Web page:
Flaws and Friendship Were Not the Problem

I deeply appreciate John Piper. His ministries of preaching and writing have meant a great deal to me over the years. I pray that the Lord will continue to use him to bless His church. I point that out because I am not a guy who makes it a point to hate on Piper. I don’t consider it cutting edge to publically disrespect a man who has contributed much good to the body of Christ. 
Piper recently addressed the question, “Do you regret partnering with Mark Driscoll?”
On the one hand I appreciate that Piper is addressing the issue of his relationship with Driscoll. The problem is in the way in which the discussion is framed. I don’t know of anyone who has a problem with the fact that Piper befriended Mark Driscoll. Indeed many of us were hoping that Piper and some of the other well-known older Christian leaders connecting with Driscoll would have a maturing impact on his life. Alas. 
Dr. Piper mentions Driscoll’s “flaws.” Again, this is not the issue. I don’t know of anyone who criticizes Driscoll for having flaws. All of us, without exception, have flaws. The problem is that the word flaw trivializes what was happening at Mars Hill. Plagiarizing, bullying, foul language, global missions funds being used for local projects, generously offered tithes being used to buy a bestseller, etc. are far more serious than flaws.
What possessed John Piper to promote this man? Piper acknowledges that Driscoll ran his church like a CEO presiding over a corporation. He praises Driscoll’s doctrine while saying that his interpretation of Song of Songs was completely wrong. He acknowledges that Driscoll had become a wealthy man. Over the years Piper has had appropriately strong words for pastors who live and lead in those ways. Nevertheless he invited Driscoll to speak a number of times at his national conference. Many people trusted Driscoll precisely because Piper trusted Driscoll. At the very least this was a failure of discernment. And when a world-famous pastor with great influence lacks discernment the consequences are high.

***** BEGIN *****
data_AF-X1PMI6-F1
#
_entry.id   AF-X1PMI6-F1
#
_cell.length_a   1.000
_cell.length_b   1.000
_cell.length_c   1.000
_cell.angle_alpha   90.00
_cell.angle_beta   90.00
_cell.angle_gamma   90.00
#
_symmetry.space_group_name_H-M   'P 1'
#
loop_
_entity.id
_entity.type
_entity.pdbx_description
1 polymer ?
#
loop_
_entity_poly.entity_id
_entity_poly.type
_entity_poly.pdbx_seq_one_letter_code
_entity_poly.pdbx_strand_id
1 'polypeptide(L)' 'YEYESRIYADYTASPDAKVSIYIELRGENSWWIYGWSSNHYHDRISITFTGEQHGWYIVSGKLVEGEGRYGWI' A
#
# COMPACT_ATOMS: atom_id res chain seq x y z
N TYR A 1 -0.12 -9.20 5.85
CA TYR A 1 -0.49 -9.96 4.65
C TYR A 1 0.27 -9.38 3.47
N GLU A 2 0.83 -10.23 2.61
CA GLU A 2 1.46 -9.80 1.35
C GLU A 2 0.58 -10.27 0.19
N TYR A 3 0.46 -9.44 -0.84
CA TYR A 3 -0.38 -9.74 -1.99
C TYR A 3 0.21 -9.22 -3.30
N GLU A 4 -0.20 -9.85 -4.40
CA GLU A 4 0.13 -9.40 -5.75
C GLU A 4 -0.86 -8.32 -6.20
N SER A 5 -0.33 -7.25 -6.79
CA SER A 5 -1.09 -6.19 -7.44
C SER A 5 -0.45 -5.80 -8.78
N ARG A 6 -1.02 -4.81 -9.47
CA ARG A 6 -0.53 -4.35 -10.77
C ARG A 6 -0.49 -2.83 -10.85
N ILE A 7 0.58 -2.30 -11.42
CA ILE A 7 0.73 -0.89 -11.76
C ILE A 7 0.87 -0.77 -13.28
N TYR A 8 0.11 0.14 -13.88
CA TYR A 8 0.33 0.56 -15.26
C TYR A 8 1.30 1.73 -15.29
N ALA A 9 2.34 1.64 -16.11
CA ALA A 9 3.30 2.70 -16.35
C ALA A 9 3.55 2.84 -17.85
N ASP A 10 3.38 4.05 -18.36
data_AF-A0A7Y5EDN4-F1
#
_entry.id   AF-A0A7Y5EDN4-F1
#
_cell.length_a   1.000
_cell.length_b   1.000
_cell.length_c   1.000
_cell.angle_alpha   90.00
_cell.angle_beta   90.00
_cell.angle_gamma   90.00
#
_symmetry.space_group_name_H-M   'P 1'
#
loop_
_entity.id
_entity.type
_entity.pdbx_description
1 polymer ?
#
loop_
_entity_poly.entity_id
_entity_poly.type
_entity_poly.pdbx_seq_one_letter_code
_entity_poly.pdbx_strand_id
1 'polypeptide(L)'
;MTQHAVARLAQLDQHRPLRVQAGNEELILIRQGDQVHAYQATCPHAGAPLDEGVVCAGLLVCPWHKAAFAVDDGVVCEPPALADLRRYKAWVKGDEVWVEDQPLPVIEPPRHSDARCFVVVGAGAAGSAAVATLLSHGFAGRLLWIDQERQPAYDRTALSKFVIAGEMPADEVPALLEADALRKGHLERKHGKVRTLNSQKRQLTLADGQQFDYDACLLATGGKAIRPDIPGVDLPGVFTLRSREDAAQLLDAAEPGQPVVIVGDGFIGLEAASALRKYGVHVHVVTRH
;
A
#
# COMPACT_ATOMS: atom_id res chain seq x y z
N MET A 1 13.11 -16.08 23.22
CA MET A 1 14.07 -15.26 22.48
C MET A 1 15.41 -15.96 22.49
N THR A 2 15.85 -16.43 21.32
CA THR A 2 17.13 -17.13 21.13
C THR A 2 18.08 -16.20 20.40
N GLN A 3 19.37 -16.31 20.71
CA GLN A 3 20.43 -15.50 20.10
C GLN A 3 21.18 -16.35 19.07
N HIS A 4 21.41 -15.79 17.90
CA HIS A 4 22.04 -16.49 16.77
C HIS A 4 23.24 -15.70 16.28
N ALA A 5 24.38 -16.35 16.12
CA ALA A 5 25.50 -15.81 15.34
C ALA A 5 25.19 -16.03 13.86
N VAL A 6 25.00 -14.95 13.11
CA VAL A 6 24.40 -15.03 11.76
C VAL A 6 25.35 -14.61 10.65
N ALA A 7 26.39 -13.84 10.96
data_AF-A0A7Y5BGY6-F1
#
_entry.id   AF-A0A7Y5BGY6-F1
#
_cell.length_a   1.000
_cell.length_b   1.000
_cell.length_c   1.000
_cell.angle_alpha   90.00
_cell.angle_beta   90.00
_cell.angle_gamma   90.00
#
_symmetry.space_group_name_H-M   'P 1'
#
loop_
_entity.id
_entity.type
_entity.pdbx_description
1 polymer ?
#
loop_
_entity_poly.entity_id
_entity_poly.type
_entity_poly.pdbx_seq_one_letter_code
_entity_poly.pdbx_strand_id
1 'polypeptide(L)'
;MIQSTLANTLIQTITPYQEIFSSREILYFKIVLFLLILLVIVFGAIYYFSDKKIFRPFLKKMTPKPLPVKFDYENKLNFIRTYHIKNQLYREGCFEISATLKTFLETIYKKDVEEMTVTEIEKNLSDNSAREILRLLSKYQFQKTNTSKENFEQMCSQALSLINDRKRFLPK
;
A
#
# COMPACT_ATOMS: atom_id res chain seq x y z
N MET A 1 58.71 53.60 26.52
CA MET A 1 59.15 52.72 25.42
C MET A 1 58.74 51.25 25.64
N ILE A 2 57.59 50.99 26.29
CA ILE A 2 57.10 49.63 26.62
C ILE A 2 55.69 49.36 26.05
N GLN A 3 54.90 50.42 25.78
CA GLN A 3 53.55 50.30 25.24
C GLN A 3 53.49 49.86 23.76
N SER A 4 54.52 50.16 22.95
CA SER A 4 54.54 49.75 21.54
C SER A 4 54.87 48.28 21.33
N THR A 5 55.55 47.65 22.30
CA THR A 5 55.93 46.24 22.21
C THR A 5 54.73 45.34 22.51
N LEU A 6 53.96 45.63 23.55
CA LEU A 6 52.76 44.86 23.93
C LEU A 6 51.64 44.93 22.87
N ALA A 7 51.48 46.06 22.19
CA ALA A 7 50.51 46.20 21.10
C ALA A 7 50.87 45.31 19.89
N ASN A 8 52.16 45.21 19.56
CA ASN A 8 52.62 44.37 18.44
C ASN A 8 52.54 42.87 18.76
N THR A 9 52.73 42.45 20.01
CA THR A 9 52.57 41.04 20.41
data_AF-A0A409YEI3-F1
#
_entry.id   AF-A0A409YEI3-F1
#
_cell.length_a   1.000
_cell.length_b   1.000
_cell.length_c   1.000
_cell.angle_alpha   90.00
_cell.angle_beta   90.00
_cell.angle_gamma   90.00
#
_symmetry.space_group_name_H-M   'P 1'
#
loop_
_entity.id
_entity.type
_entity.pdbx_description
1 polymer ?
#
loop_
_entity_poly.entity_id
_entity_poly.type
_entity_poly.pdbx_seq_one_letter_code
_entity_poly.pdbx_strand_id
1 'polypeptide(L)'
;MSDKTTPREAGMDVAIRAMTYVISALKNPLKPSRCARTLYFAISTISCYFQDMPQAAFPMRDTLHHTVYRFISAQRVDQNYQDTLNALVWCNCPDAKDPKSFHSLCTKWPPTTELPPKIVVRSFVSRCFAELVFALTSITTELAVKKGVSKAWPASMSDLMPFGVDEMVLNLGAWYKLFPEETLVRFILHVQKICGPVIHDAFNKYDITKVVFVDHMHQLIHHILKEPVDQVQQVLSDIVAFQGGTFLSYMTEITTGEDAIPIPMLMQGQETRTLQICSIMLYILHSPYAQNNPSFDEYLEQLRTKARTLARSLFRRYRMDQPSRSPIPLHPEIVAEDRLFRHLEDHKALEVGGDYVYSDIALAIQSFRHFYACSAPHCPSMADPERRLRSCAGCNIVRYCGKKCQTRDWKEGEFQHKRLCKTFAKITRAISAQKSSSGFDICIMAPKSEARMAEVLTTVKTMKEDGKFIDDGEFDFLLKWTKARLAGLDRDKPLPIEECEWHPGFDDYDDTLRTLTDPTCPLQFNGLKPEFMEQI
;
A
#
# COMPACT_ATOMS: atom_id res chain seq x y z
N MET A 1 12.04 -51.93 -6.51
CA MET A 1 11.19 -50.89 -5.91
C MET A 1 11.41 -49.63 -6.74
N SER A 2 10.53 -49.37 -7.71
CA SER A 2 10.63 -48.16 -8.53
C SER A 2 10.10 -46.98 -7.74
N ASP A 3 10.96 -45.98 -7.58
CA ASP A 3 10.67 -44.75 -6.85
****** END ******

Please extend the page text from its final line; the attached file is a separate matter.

The controversies surrounding Mark Driscoll were not suddenly discovered six months ago. For years there have been numerous voices sounding an alarm. And now, mere weeks after Driscoll’s resignation from Mars Hill Church the whole enterprise is collapsing. I am not blaming Driscoll’s sins on the well-known men who surrounded him. I do wonder, however, why they chose to promote him so vigorously when there was so much evidence of trouble. 
Next Wednesday on Mortification of Spin Carl, Aimee and I will be addressing the question of whether a pastor who has fallen can be restored to the office of pastor.